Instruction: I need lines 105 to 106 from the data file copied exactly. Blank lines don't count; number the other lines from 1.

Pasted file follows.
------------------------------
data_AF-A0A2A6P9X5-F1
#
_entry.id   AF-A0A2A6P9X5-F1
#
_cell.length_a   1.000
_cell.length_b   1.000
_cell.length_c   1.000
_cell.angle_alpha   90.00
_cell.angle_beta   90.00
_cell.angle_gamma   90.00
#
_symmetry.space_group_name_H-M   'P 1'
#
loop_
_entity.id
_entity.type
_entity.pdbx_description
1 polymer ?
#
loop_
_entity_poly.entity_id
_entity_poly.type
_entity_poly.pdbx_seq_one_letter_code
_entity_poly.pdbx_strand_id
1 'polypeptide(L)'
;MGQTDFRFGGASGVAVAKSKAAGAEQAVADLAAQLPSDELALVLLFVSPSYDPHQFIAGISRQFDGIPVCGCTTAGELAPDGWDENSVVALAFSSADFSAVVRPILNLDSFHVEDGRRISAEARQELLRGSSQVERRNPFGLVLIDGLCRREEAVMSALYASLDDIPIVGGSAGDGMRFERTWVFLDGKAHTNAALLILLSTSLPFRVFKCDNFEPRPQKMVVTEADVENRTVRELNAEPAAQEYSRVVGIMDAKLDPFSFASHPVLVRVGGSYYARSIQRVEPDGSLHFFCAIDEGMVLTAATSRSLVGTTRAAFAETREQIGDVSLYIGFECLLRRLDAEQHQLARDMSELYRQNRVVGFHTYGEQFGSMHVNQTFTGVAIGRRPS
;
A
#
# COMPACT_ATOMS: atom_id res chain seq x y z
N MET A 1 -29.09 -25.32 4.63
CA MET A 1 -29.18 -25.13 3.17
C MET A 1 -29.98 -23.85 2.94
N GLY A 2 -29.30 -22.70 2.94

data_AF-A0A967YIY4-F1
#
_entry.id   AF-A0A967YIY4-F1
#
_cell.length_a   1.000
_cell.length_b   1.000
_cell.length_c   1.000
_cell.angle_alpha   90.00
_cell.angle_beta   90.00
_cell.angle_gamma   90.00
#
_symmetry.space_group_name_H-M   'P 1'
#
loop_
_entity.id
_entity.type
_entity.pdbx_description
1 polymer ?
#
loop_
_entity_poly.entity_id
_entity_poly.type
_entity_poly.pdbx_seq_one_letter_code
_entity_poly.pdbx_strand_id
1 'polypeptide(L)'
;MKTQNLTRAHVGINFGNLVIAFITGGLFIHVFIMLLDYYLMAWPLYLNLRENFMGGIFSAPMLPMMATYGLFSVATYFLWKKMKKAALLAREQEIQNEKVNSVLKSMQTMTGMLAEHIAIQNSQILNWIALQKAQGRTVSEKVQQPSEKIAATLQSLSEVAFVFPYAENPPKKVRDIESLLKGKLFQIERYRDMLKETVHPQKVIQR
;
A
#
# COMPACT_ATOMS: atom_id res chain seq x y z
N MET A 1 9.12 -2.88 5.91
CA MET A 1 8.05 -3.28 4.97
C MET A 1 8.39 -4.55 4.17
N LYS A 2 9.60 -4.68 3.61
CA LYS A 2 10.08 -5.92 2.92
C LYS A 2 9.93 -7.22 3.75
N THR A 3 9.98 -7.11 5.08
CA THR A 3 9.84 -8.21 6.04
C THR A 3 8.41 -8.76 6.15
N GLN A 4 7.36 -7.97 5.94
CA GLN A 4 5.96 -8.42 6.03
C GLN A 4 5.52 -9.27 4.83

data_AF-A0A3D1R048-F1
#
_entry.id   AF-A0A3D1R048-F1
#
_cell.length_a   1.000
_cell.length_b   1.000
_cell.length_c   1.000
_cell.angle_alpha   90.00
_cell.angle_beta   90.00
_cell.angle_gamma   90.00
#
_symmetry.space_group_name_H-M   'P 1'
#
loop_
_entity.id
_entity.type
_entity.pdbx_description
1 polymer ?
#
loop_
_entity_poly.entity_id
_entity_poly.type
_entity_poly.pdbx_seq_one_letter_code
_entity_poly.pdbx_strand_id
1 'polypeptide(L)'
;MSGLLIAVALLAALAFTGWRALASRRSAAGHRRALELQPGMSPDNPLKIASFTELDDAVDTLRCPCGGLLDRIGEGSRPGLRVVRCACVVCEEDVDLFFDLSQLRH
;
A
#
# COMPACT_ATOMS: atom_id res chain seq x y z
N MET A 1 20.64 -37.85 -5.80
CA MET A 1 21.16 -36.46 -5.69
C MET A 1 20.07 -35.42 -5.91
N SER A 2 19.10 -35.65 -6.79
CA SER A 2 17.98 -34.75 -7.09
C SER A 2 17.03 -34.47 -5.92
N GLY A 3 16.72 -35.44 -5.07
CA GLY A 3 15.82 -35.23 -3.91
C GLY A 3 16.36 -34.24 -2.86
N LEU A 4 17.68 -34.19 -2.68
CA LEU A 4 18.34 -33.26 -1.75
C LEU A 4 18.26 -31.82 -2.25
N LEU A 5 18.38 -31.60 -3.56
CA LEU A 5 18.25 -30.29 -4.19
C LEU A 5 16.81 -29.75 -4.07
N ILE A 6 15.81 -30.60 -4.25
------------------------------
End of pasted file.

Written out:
#
# COMPACT_ATOMS: atom_id res chain seq x y z